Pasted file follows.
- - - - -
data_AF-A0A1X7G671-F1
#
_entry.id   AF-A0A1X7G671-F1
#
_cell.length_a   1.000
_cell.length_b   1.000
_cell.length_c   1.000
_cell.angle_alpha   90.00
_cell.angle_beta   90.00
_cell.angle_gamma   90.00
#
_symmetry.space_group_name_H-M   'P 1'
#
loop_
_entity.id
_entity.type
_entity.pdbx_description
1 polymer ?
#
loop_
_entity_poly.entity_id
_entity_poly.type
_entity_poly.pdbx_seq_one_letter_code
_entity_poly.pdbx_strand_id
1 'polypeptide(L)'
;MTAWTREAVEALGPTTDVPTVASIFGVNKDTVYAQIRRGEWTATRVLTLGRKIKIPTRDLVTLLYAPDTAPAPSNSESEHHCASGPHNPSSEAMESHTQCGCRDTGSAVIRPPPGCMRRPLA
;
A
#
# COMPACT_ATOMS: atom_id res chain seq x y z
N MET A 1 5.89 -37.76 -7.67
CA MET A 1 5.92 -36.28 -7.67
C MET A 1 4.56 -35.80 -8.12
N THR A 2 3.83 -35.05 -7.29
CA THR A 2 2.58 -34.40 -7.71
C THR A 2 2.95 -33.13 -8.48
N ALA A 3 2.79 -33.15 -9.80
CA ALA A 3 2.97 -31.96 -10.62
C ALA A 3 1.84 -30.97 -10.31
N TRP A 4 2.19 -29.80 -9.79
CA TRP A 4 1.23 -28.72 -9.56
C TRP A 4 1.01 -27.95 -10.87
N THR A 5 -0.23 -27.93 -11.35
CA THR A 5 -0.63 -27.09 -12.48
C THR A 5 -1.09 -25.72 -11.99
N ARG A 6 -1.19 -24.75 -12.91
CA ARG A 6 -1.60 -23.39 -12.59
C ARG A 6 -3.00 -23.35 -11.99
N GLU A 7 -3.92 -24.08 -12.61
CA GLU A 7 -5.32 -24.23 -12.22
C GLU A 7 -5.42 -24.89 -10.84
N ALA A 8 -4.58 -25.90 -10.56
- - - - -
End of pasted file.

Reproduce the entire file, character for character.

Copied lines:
data_AF-A0A1X7G671-F1
#
_entry.id   AF-A0A1X7G671-F1
#
_cell.length_a   1.000
_cell.length_b   1.000
_cell.length_c   1.000
_cell.angle_alpha   90.00
_cell.angle_beta   90.00
_cell.angle_gamma   90.00
#
_symmetry.space_group_name_H-M   'P 1'
#
loop_
_entity.id
_entity.type
_entity.pdbx_description
1 polymer ?
#
loop_
_entity_poly.entity_id
_entity_poly.type
_entity_poly.pdbx_seq_one_letter_code
_entity_poly.pdbx_strand_id
1 'polypeptide(L)'
;MTAWTREAVEALGPTTDVPTVASIFGVNKDTVYAQIRRGEWTATRVLTLGRKIKIPTRDLVTLLYAPDTAPAPSNSESEHHCASGPHNPSSEAMESHTQCGCRDTGSAVIRPPPGCMRRPLA
;
A
#
# COMPACT_ATOMS: atom_id res chain seq x y z
N MET A 1 5.89 -37.76 -7.67
CA MET A 1 5.92 -36.28 -7.67
C MET A 1 4.56 -35.80 -8.12
N THR A 2 3.83 -35.05 -7.29
CA THR A 2 2.58 -34.40 -7.71
C THR A 2 2.95 -33.13 -8.48
N ALA A 3 2.79 -33.15 -9.80
CA ALA A 3 2.97 -31.96 -10.62
C ALA A 3 1.84 -30.97 -10.31
N TRP A 4 2.19 -29.80 -9.79
CA TRP A 4 1.23 -28.72 -9.56
C TRP A 4 1.01 -27.95 -10.87
N THR A 5 -0.23 -27.93 -11.35
CA THR A 5 -0.63 -27.09 -12.48
C THR A 5 -1.09 -25.72 -11.99
N ARG A 6 -1.19 -24.75 -12.91
CA ARG A 6 -1.60 -23.39 -12.59
C ARG A 6 -3.00 -23.35 -11.99
N GLU A 7 -3.92 -24.08 -12.61
CA GLU A 7 -5.32 -24.23 -12.22
C GLU A 7 -5.42 -24.89 -10.84
N ALA A 8 -4.58 -25.90 -10.56